By Nan Lincoln
Special to The Ellsworth American
BLUE HILL — If George Emlen ruled the world, one suspects that singing would be a mandatory activity all over the globe, to be practiced with gusto at least once a day and preferably with friends and neighbors.
Ever since he was in high school in Philadelphia — let’s say 50 years ago — and directed the student choir for its daily chapel services, the Blue Hill resident has been doing his part to get folks to raise their voices in joyful noise.
In Maine and Massachusetts, he has been a composer, conductor and musical director of many church and secular venues and events including the Boston area’s Christmas Revels and most recently a hymn singalong he organized in recent weeks at the First Congregational Church of Blue Hill drawing some 60 or 70 people. He is now planning a carol singalong at the church at 4 p.m. on Sunday, Dec. 8.
“Singing together is a basic human need,” Emlen said. “But since we started being able to record music, in the 20th century, we have become more music consumers rather than music makers.
“While some of us sing in the shower or our cars, most have forgotten or never learned how good it feels to sing with a group, chorus or choir,” Emlen continued. “For one thing it gives people a sense of security — they can sing out without being self-conscious. For another, it’s a social activity — it even increases the output of endorphins which is restorative and energizing. It feels good and it is good.”
He has no patience with people who claim they can’t sing.
“Let’s just peel back that myth,” he says. “Everyone can and should sing.”
He cites as an example a course he teaches at the Harvard Kennedy School in Cambridge, Mass., for people who want to strengthen their leadership skills in politics, business, academia, what have you.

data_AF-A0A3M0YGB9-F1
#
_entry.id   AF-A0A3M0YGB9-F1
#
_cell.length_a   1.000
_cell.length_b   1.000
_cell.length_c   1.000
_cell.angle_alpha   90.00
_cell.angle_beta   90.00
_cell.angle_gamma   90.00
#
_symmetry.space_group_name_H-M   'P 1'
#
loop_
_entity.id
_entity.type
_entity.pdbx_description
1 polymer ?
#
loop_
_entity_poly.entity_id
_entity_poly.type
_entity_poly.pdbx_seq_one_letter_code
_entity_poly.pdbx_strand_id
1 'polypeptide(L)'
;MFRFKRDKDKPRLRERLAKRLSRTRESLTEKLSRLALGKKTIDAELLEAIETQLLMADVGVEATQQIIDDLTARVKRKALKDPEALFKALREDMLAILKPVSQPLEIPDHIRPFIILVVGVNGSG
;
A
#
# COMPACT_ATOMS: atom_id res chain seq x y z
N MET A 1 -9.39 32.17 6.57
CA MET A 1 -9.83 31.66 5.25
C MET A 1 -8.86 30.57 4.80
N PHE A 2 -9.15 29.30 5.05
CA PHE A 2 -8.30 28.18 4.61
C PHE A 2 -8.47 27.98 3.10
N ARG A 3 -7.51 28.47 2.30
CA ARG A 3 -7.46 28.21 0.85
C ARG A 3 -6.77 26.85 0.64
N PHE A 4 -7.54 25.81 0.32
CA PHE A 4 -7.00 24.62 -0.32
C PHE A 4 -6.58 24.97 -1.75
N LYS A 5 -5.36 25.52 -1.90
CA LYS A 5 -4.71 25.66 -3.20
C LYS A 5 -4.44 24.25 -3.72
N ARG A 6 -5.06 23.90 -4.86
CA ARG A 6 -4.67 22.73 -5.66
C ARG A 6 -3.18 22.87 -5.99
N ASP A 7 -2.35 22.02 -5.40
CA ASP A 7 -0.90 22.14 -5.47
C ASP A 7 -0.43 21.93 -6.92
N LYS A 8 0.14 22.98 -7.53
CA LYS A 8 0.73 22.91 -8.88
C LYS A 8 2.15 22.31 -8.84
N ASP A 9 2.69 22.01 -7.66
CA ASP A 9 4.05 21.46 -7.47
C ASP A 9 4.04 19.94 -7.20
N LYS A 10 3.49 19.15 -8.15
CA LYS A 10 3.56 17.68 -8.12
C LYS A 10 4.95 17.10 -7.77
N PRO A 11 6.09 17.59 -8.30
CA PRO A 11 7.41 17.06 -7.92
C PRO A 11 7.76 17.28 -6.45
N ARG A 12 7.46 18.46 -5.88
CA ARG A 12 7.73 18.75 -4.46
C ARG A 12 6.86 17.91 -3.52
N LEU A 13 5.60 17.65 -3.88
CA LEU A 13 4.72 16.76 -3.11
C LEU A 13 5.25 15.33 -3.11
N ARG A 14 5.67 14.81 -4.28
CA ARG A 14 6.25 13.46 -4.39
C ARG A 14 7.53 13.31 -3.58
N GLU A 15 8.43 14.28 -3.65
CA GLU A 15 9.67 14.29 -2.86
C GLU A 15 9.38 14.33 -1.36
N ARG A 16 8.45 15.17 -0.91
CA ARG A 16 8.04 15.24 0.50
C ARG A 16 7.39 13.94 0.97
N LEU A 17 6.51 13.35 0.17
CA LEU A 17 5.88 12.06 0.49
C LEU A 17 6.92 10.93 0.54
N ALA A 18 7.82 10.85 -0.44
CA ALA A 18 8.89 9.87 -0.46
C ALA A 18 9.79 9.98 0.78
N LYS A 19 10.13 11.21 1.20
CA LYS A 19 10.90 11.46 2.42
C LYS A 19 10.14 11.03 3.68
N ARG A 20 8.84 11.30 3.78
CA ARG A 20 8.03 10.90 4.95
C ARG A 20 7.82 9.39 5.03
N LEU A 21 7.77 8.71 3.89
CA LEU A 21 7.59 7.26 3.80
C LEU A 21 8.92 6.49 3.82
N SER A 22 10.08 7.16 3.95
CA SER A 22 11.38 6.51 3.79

“At first,” Emlen said, “it was hard to get a note out of the students, many of whom had been told at some point in their lives that they couldn’t sing and to stop trying. But by the end of the class, all 70 or so were singing and even conducting one another.”
Really, what could be better training than choral singing for learning how to find one’s place in a company of peers, learn their own and others’ strengths and weaknesses and how best to work with them?
Emlen says many of the people who came to his recent hymn sing were no longer regular church goers, but they wanted to reconnect with the lovely music from their past and that spine-tingling feeling one gets from being a part of a group making beautiful music.
“Getting people to sing is my favorite thing to do,” said Emlen, who was so surprised and delighted by the success of the last event, it energized him to think of other ways to get folks out to sing in celebration of some holiday, event or just for the fun of it.
Everyone is urged to participate in this carol sing, Dec. 8 to get in the Christmas spirit, if that is their faith, or just for the sheer restorative pleasure of singing together, if it is not.
Emlen says not to worry if the words to some of the old carols have faded from memory as he will be passing out booklets with the notes and lyrics to most of the traditional tunes — “Silent Night,” “Deck the Halls,” “O Come, All Ye Faithful” and such.
“People have wonderful memories of singing carols this time of year,” Emlen says. “So let’s make some more of them.”